"In 2016, people had billions of interactions and open discussions on Facebook that may never have happened offline. Candidates had direct channels to communicate with tens of millions of citizens. Campaigns spent tens of millions organizing and advertising online to get their messages out further. And we organized "get out the vote" efforts that helped as many as 2 million people register to vote who might not have voted otherwise. Many of these dynamics were new in this election, or at much larger scale than ever before in history, and at much larger scale than the interference we've found.

But we are in a new world. It is a new challenge for internet communities to deal with nation states attempting to subvert elections. But if that's what we must do, we are committed to rising to the occasion. Our sophistication in handling these threats is growing and improving quickly. We will continue working with the government to understand the full extent of Russian interference, and we will do our part not only to ensure the integrity of free and fair elections around the world, but also to give everyone a voice and to be a force for good in democracy everywhere."
Read Mark Zuckerberg's full speech on how Facebook is fighting back against Russia's election interference - Recode



Uber has a lot of reasons to settle the lawsuit with Alphabet - Recode

2017-09-22T07:19:38.435-04:00

Check the full post for a list of reasons why Uber might want to try to settle with its "investor-turned-foe"

"Outwardly, Uber appears confident it can beat Alphabet’s claims in court. But there are many reasons why the embattled company would want to settle the case. That’s especially true now after it was revealed Alphabet is seeking $2.6 billion in damages for a single trade secret it claims was stolen.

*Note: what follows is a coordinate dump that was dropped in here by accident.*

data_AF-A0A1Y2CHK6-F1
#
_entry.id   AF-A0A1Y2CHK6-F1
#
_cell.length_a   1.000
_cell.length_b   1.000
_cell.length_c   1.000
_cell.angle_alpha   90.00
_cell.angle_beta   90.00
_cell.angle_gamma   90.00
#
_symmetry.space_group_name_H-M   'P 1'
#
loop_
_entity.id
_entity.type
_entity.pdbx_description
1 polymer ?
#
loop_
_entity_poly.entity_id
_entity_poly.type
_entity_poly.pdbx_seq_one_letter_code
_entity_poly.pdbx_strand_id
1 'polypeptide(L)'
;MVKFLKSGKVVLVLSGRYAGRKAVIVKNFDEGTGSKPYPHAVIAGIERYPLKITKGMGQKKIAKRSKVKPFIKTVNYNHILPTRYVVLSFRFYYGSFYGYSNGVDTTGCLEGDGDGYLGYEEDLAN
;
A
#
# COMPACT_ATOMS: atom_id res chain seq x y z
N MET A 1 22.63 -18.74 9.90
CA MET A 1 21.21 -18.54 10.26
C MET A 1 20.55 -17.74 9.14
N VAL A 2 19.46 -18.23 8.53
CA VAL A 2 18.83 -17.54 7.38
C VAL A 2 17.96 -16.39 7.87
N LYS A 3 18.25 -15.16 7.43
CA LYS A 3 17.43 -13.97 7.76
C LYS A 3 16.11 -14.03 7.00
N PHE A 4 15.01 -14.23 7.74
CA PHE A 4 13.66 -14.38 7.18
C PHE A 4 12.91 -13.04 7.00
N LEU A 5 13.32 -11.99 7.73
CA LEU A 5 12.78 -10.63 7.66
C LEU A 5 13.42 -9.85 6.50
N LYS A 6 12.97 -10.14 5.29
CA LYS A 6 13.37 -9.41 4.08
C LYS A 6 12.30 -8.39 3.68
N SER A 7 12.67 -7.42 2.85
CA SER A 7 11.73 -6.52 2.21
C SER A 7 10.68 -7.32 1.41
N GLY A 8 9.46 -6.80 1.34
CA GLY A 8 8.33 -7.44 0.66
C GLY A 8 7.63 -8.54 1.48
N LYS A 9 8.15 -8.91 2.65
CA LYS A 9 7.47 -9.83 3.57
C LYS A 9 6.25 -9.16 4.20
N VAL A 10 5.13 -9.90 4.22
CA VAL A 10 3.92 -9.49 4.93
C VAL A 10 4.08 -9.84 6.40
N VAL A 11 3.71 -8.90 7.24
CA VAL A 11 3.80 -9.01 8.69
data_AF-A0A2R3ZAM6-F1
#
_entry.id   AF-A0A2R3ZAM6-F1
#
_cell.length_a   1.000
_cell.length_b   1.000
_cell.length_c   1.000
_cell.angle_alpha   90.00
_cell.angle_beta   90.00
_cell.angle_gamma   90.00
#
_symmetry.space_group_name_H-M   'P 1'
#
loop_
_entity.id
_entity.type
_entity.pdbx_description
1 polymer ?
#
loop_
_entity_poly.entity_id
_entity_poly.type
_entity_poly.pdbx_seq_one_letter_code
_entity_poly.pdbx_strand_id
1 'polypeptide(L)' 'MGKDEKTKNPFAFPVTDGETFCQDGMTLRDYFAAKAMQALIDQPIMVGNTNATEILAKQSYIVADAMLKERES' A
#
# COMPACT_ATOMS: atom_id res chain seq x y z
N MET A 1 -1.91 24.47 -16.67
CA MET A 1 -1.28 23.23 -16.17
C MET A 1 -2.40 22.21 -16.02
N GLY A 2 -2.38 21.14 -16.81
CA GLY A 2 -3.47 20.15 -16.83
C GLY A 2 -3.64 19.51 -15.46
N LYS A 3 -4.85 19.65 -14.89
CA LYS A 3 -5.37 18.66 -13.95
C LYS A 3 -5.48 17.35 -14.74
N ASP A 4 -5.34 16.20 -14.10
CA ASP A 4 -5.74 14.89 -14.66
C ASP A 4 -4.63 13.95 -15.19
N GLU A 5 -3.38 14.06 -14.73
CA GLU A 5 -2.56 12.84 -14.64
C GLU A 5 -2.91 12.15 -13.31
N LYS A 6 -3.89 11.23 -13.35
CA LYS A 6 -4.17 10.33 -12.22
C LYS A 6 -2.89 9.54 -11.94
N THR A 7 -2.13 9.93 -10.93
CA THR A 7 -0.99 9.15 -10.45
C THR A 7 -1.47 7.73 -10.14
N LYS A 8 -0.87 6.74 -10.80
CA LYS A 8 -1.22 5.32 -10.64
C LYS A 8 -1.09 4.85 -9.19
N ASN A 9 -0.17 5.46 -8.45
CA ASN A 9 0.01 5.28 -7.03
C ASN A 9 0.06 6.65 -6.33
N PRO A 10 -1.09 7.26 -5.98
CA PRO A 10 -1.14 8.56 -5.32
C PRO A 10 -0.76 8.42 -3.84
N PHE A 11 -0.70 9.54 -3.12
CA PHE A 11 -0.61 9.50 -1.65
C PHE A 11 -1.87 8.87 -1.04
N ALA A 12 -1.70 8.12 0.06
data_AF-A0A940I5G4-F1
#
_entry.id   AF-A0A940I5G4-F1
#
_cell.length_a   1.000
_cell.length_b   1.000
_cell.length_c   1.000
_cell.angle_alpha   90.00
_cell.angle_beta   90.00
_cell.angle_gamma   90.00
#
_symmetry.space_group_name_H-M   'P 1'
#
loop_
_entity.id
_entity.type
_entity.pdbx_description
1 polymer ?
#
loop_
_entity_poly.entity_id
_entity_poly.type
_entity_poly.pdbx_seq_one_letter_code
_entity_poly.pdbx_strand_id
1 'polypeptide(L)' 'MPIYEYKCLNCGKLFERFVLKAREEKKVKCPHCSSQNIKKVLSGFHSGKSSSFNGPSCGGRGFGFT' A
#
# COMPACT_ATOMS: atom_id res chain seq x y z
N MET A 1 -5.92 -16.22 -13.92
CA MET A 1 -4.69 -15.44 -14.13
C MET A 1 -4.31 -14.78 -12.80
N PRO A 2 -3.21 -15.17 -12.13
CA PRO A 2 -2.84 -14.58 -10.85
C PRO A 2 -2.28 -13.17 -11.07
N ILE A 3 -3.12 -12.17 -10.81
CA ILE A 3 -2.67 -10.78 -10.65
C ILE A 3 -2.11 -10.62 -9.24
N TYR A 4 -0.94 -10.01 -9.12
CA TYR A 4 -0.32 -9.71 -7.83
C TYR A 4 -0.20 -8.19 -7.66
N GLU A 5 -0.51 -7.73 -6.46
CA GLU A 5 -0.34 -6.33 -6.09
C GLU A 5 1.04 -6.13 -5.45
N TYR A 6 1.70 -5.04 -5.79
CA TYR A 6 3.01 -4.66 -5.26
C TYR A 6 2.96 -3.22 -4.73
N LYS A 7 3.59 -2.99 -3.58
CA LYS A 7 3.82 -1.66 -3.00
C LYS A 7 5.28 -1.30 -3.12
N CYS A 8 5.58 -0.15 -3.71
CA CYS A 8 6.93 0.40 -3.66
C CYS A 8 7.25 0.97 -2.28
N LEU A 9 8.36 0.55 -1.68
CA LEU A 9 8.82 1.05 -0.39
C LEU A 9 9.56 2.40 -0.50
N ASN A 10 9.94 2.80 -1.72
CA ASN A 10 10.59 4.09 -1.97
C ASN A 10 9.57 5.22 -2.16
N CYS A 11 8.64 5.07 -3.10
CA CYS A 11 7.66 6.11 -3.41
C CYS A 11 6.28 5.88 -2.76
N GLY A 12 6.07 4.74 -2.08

In other words, Alphabet isn’t just taking Uber for a legal ride. It wants to cause some serious damage, which some inside think is part of an effort to slow down Uber’s self-driving efforts.

But with Alphabet’s endless legal and financial resources — and determination from top execs at the company to make an example of Uber — are powerful reasons that Khosrowshahi might seek a settlement."
Uber has a lot of reasons to settle the lawsuit with Alphabet - Recode



Apple’s Latest Products Get Rare Mixed-Bag Reviews - Bloomberg

2017-09-22T07:08:58.662-04:00

For a different perspective, see iPhone 8 Is World's Fastest Phone (It's Not Even Close) (Tom's Guide)

"To be sure, Apple products have gotten bad reviews in the past, only to sell like hotcakes later. And reviewers haven't yet tested the iPhone X, which is expected to be the main object of desire when it becomes available in November. Early sales in Asia may indicate that first-adopters are holding out for the iPhone X, and that pre-orders for the iPhone 8 may be lagging behind its predecessor.

As the only models likely to be readily available in stores ahead of the holidays, the iPhone 8 and iPhone 8 Plus are great phones, but their $699 to $949 prices make them competitors for rivals' top-end models, like Samsung Electronics Co.’s Galaxy S8. The problem is that these iPhones look dated compared with Samsung’s top-end offerings, and Apple’s own forthcoming iPhone X. Perceptually, the 8-series handsets don't offer significant upgrades over last year’s models -- or even the ones before -- which are still being sold by Apple at lower prices. The main additions are new camera features, a wireless charging mechanism already present on competing phones, and faster chips."